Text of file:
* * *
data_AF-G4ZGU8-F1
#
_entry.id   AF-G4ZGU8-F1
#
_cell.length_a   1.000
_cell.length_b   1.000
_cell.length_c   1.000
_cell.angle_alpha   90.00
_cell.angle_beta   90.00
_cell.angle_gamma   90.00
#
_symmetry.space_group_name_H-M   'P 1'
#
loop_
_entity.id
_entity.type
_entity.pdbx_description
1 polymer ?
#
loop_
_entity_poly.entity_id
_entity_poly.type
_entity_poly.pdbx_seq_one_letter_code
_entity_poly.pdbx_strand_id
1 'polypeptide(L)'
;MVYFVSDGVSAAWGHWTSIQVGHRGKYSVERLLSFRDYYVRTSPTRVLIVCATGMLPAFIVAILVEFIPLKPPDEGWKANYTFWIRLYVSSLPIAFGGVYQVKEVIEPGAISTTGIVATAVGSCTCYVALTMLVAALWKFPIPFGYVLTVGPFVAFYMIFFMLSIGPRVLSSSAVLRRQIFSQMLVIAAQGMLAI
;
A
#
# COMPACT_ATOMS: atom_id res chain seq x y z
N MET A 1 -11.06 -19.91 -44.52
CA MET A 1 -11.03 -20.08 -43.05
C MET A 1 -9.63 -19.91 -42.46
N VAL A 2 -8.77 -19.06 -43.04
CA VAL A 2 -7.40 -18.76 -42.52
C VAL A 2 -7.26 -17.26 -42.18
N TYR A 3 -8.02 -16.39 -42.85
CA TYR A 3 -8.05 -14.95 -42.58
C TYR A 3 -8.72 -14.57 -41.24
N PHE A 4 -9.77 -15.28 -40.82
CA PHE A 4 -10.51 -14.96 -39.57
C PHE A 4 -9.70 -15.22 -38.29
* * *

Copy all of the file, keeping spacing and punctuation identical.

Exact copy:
data_AF-G4ZGU8-F1
#
_entry.id   AF-G4ZGU8-F1
#
_cell.length_a   1.000
_cell.length_b   1.000
_cell.length_c   1.000
_cell.angle_alpha   90.00
_cell.angle_beta   90.00
_cell.angle_gamma   90.00
#
_symmetry.space_group_name_H-M   'P 1'
#
loop_
_entity.id
_entity.type
_entity.pdbx_description
1 polymer ?
#
loop_
_entity_poly.entity_id
_entity_poly.type
_entity_poly.pdbx_seq_one_letter_code
_entity_poly.pdbx_strand_id
1 'polypeptide(L)'
;MVYFVSDGVSAAWGHWTSIQVGHRGKYSVERLLSFRDYYVRTSPTRVLIVCATGMLPAFIVAILVEFIPLKPPDEGWKANYTFWIRLYVSSLPIAFGGVYQVKEVIEPGAISTTGIVATAVGSCTCYVALTMLVAALWKFPIPFGYVLTVGPFVAFYMIFFMLSIGPRVLSSSAVLRRQIFSQMLVIAAQGMLAI
;
A
#
# COMPACT_ATOMS: atom_id res chain seq x y z
N MET A 1 -11.06 -19.91 -44.52
CA MET A 1 -11.03 -20.08 -43.05
C MET A 1 -9.63 -19.91 -42.46
N VAL A 2 -8.77 -19.06 -43.04
CA VAL A 2 -7.40 -18.76 -42.52
C VAL A 2 -7.26 -17.26 -42.18
N TYR A 3 -8.02 -16.39 -42.85
CA TYR A 3 -8.05 -14.95 -42.58
C TYR A 3 -8.72 -14.57 -41.24
N PHE A 4 -9.77 -15.28 -40.82
CA PHE A 4 -10.51 -14.96 -39.57
C PHE A 4 -9.70 -15.22 -38.29